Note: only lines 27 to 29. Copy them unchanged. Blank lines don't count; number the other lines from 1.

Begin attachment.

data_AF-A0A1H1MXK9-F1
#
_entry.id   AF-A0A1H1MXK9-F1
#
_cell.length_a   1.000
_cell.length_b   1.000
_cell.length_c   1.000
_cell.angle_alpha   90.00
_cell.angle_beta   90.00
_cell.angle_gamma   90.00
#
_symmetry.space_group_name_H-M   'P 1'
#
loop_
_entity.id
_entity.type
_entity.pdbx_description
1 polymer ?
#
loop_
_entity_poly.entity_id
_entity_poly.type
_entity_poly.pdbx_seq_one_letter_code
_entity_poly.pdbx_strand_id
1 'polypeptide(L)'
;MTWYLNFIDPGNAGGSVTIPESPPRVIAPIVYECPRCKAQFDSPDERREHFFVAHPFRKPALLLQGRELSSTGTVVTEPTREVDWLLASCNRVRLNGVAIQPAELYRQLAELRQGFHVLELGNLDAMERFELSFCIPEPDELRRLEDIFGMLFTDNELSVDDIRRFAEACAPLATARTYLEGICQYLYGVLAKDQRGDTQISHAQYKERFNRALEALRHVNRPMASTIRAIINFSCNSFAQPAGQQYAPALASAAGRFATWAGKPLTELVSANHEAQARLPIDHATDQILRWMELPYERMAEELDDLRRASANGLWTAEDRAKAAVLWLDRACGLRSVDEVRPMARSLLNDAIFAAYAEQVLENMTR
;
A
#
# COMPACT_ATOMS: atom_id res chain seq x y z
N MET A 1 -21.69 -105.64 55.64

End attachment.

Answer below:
;
A
#